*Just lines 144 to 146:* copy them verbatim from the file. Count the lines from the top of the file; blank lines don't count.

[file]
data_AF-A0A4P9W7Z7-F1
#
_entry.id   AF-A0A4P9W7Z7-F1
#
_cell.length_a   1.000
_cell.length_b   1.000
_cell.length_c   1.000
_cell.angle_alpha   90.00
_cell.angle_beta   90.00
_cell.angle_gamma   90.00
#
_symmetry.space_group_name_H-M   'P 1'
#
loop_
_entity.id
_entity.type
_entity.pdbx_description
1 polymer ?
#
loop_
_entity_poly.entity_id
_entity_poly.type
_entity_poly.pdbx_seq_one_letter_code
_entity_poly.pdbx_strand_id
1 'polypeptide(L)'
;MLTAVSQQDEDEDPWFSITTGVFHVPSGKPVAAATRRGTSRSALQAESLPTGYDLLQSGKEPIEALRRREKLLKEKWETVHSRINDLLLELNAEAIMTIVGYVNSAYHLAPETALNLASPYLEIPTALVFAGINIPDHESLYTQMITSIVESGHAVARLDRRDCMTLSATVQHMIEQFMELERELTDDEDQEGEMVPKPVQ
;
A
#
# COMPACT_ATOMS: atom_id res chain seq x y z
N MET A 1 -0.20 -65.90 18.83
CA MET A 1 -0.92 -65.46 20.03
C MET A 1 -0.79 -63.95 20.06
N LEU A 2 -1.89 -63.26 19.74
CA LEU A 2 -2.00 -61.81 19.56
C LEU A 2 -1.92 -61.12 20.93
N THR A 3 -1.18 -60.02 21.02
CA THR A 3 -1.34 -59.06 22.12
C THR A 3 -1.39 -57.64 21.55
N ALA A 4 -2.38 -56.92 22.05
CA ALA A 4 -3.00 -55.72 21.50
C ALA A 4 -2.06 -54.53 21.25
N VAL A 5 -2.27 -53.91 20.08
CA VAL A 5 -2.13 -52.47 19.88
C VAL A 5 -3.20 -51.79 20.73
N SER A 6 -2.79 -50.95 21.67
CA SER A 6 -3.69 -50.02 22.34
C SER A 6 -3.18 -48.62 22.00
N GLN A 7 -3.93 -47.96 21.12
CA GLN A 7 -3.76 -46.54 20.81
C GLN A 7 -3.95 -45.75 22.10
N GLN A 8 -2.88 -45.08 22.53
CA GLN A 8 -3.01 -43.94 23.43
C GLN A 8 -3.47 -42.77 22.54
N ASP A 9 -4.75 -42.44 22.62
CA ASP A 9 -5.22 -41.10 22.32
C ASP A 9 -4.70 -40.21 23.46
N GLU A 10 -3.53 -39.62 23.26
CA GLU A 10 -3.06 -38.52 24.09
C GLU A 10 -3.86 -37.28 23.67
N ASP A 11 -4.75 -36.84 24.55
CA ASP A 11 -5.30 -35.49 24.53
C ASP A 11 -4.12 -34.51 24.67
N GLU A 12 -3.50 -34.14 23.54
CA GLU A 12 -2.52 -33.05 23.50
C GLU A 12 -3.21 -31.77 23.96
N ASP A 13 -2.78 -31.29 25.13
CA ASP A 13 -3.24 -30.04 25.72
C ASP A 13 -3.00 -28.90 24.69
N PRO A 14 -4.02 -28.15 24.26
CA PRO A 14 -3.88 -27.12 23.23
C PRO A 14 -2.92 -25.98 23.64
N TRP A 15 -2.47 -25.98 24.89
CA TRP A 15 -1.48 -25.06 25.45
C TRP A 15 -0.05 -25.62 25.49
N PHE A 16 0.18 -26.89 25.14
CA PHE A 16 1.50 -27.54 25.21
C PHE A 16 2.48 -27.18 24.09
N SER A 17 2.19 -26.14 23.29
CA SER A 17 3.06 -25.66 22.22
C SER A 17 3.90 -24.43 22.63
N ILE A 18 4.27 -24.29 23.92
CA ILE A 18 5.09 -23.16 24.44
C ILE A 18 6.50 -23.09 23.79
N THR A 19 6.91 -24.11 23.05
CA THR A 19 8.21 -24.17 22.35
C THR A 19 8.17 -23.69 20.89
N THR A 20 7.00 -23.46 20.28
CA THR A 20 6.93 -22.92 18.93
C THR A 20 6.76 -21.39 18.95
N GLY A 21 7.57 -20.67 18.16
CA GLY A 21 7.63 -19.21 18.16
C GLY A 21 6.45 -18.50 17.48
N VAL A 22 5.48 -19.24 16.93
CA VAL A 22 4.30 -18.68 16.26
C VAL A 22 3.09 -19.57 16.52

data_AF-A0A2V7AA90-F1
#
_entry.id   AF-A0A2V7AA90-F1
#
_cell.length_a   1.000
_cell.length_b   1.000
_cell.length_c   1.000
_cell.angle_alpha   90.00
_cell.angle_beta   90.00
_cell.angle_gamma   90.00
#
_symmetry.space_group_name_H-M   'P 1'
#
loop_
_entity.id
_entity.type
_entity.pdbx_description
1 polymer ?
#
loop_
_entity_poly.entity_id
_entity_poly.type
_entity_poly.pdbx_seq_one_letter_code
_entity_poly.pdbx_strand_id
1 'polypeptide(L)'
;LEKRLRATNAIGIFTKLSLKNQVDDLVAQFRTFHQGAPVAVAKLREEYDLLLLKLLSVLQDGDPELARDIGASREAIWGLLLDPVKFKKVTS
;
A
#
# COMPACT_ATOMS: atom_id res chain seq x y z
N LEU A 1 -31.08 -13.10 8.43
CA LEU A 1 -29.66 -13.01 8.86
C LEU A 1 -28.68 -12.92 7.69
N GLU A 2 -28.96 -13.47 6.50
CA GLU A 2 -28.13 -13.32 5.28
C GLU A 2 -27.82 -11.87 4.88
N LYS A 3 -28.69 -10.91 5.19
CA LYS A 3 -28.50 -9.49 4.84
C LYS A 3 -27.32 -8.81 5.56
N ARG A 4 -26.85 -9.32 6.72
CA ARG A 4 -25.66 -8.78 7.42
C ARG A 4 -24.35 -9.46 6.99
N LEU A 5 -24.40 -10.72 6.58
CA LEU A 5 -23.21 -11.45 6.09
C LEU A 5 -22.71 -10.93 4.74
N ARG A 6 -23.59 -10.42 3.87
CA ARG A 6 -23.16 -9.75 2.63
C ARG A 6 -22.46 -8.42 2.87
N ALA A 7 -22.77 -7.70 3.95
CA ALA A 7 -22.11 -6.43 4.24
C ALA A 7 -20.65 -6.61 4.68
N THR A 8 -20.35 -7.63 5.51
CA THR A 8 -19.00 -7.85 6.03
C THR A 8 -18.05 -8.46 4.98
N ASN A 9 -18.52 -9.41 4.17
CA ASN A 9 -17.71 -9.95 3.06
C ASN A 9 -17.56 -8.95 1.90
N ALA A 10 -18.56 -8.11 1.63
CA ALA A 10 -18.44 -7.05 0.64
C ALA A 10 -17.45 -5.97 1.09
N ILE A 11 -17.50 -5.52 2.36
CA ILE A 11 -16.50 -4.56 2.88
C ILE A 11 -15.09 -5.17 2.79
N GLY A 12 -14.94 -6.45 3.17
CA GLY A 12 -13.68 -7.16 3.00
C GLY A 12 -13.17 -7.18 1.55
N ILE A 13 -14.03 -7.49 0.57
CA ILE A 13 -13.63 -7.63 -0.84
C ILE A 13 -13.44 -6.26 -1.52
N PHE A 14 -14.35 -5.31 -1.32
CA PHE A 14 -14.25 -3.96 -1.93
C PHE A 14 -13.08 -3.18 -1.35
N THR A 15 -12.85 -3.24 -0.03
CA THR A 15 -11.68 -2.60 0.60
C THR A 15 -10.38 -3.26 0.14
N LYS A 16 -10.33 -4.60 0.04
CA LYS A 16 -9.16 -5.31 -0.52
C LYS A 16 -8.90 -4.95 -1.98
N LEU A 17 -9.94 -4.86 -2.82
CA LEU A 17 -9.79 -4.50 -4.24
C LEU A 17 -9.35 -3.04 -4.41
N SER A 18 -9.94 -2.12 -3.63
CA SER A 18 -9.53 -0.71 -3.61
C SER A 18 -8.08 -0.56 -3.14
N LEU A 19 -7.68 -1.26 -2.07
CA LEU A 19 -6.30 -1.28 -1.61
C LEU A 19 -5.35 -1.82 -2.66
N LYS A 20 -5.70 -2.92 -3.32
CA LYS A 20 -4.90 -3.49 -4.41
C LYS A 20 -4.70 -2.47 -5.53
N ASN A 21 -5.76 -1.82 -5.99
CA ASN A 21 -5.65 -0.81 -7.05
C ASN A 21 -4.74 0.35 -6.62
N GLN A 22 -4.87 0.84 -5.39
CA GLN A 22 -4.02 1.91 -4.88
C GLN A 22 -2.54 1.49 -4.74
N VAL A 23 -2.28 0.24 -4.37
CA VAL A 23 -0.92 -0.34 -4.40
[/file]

C ARG A 6 -22.46 -8.42 2.87
N ALA A 7 -22.77 -7.70 3.95
CA ALA A 7 -22.11 -6.43 4.24